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Relativity of Orientation & Origin

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Homework Statement


At time t=0, a block is released from point O on the slope shown in the figure.
The block accelerates down the slope, overcoming sliding friction.

a.) Choose axes 0xy as shown, and solve the equation ##\Sigma F = m a## into its x and y components.
Hence find the block's position (x,y) as a function of time, and the time it takes to reach the bottom.

b.) Carry out the solution using the axes Ox'y', with Ox' horizontal and Oy' vertical, and show that you get the same final answer. Explain why the solution using these axes is less convenient.


Homework Equations


distance =v*t


The Attempt at a Solution


Normal force = mg

## m*g* cos(\theta) = ##force perpendicular to the base not the ramp

y=0 in the 0xy frame.
I know that to obtain x I need to subtract the friction force upwards.

However, I am having problems finding x.
So, Fnet_x = Fx - F_friction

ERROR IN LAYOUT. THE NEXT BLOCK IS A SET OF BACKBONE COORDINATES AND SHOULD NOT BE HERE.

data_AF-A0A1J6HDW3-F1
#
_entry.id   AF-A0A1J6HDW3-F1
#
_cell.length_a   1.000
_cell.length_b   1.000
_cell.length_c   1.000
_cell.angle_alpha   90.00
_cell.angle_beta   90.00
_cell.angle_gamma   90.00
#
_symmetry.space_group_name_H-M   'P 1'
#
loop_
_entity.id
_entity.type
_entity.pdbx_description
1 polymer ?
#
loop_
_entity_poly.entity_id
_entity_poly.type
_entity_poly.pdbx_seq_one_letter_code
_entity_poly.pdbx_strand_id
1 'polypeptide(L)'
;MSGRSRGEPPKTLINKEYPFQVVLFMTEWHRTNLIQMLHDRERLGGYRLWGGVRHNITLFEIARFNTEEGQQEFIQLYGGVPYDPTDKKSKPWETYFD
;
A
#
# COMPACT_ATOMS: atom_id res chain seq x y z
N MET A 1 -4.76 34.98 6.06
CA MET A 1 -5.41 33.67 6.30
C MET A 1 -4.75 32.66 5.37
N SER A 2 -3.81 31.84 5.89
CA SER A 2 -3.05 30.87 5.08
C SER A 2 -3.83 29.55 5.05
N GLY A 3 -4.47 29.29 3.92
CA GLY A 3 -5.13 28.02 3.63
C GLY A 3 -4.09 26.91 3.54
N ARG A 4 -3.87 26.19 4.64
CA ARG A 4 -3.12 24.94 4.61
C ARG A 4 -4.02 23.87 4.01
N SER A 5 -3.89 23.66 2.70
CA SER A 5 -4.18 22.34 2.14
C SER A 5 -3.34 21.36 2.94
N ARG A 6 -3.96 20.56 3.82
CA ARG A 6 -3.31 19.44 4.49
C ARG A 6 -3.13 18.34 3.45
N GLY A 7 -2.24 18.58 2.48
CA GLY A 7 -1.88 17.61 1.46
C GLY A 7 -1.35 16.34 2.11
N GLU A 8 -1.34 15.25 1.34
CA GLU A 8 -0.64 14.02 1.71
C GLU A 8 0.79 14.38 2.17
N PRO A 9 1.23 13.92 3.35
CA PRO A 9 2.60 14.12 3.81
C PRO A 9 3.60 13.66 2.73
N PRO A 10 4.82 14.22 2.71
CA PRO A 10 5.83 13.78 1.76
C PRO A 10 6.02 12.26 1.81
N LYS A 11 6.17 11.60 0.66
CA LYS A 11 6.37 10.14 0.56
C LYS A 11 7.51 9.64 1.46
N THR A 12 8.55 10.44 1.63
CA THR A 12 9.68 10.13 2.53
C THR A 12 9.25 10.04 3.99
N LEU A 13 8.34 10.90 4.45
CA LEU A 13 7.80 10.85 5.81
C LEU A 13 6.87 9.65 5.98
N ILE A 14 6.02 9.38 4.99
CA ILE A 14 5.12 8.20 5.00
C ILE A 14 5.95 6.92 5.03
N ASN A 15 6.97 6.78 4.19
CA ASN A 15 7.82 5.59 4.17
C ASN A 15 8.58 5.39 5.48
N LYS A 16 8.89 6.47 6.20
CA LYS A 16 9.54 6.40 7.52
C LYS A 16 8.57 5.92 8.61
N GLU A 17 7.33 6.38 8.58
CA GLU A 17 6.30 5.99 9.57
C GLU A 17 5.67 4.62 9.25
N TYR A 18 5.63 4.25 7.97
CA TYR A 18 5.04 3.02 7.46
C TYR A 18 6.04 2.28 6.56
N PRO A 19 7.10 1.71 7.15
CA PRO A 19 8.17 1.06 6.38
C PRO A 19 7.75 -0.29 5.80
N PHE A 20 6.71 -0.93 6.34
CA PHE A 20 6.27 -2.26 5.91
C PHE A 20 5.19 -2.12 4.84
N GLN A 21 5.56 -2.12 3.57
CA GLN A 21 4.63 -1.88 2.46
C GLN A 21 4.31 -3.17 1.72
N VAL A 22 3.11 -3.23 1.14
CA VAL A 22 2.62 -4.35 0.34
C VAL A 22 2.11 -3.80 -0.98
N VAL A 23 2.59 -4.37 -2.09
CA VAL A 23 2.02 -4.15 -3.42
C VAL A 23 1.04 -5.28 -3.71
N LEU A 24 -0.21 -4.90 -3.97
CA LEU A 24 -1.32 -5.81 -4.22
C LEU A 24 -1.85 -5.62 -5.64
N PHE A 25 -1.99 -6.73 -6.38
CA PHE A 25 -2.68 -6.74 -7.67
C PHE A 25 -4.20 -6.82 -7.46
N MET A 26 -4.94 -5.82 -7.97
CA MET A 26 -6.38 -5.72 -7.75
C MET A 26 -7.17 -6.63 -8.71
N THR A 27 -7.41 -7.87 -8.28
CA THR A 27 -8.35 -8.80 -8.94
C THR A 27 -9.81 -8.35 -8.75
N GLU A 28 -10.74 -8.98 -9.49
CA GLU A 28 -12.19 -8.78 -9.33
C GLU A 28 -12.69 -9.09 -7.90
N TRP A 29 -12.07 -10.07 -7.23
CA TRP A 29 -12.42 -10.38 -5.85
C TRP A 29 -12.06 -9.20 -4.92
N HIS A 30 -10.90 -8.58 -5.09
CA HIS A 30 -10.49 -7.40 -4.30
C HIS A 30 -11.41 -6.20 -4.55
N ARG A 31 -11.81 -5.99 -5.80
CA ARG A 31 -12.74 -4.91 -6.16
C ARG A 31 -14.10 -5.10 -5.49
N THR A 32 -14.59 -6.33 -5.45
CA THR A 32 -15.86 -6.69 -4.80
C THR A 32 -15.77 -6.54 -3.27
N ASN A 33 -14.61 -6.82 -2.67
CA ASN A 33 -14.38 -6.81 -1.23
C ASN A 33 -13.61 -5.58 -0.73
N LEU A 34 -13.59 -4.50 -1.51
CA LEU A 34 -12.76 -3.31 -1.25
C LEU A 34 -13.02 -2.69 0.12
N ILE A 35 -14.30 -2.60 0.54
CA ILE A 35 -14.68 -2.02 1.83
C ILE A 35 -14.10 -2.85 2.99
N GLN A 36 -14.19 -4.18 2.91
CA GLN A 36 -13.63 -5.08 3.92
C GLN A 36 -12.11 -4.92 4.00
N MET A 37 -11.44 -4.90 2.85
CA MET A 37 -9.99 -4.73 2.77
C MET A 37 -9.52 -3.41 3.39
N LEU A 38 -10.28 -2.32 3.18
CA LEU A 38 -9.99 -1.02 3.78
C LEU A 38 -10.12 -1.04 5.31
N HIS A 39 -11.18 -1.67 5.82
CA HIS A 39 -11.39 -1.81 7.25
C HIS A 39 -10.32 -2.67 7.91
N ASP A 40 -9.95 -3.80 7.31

Fx= hypotenuse*cos##(\theta)##

Help.
 

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  • #2
HallsofIvy
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Homework Helper
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Homework Statement


At time t=0, a block is released from point O on the slope shown in the figure.
The block accelerates down the slope, overcoming sliding friction.

a.) Choose axes 0xy as shown, and solve the equation ##\Sigma F = m a## into its x and y components.
Hence find the block's position (x,y) as a function of time, and the time it takes to reach the bottom.

b.) Carry out the solution using the axes Ox'y', with Ox' horizontal and Oy' vertical, and show that you get the same final answer. Explain why the solution using these axes is less convenient.


Homework Equations


distance =v*t


The Attempt at a Solution


Normal force = mg

## m*g* cos(\theta) = ##force perpendicular to the base not the ramp
You have these backwards. mg is the force of gravity- straight downwards. It is perpendicular to the base, not the ramp. [itex]mg cos(\theta)[/itex] is perpendicular to the ramp, not the base.

y=0 in the 0xy frame.
I know that to obtain x I need to subtract the friction force upwards.

However, I am having problems finding x.
So, Fnet_x = Fx - F_friction

Fx= hypotenuse*cos##(\theta)##

Help.
 
  • #3
307
0
You have these backwards. mg is the force of gravity- straight downwards. It is perpendicular to the base, not the ramp. [itex]mg cos(\theta)[/itex] is perpendicular to the ramp, not the base.
Ok, thank you. I remember things better now.

## F_{net} = m*a ##
## F_x = m*g*sin(\theta)##
## F_{\mu} = \mu * F_N##

##F_{net}= F_x- F_{\mu}=m*a##
## a = g(sin(\theta) - \mu(cos(\theta)))##
Finally,
## S(t)= (1/2)g(sin(\theta) - \mu(cos(\theta)))* t^2 ##
 
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